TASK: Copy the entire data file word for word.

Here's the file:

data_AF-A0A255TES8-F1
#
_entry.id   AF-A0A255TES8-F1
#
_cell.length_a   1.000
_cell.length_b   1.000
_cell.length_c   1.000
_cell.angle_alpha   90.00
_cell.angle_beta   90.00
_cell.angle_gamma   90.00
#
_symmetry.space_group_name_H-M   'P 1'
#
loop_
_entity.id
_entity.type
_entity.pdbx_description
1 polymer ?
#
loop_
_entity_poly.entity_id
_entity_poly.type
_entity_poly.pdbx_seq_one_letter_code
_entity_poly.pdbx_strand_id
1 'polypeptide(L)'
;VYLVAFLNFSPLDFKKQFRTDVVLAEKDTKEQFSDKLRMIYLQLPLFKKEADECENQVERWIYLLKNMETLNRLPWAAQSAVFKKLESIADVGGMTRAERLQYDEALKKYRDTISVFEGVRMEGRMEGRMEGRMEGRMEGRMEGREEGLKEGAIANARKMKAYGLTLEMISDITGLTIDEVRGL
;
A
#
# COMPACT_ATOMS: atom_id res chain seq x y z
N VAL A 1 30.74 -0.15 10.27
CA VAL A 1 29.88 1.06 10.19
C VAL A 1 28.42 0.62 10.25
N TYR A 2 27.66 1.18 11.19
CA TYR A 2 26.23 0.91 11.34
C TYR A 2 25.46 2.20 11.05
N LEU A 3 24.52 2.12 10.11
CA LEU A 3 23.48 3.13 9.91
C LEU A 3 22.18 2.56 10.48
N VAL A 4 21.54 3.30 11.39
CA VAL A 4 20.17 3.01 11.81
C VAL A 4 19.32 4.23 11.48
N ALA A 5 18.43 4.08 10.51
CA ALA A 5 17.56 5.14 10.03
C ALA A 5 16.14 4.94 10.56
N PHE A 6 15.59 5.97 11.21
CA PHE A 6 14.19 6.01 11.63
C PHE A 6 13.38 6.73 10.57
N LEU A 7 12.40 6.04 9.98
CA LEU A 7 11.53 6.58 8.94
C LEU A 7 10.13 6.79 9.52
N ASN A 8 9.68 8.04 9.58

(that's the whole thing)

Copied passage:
data_AF-A0A255TES8-F1
#
_entry.id   AF-A0A255TES8-F1
#
_cell.length_a   1.000
_cell.length_b   1.000
_cell.length_c   1.000
_cell.angle_alpha   90.00
_cell.angle_beta   90.00
_cell.angle_gamma   90.00
#
_symmetry.space_group_name_H-M   'P 1'
#
loop_
_entity.id
_entity.type
_entity.pdbx_description
1 polymer ?
#
loop_
_entity_poly.entity_id
_entity_poly.type
_entity_poly.pdbx_seq_one_letter_code
_entity_poly.pdbx_strand_id
1 'polypeptide(L)'
;VYLVAFLNFSPLDFKKQFRTDVVLAEKDTKEQFSDKLRMIYLQLPLFKKEADECENQVERWIYLLKNMETLNRLPWAAQSAVFKKLESIADVGGMTRAERLQYDEALKKYRDTISVFEGVRMEGRMEGRMEGRMEGRMEGRMEGREEGLKEGAIANARKMKAYGLTLEMISDITGLTIDEVRGL
;
A
#
# COMPACT_ATOMS: atom_id res chain seq x y z
N VAL A 1 30.74 -0.15 10.27
CA VAL A 1 29.88 1.06 10.19
C VAL A 1 28.42 0.62 10.25
N TYR A 2 27.66 1.18 11.19
CA TYR A 2 26.23 0.91 11.34
C TYR A 2 25.46 2.20 11.05
N LEU A 3 24.52 2.12 10.11
CA LEU A 3 23.48 3.13 9.91
C LEU A 3 22.18 2.56 10.48
N VAL A 4 21.54 3.30 11.39
CA VAL A 4 20.17 3.01 11.81
C VAL A 4 19.32 4.23 11.48
N ALA A 5 18.43 4.08 10.51
CA ALA A 5 17.56 5.14 10.03
C ALA A 5 16.14 4.94 10.56
N PHE A 6 15.59 5.97 11.21
CA PHE A 6 14.19 6.01 11.63
C PHE A 6 13.38 6.73 10.57
N LEU A 7 12.40 6.04 9.98
CA LEU A 7 11.53 6.58 8.94
C LEU A 7 10.13 6.79 9.52
N ASN A 8 9.68 8.04 9.58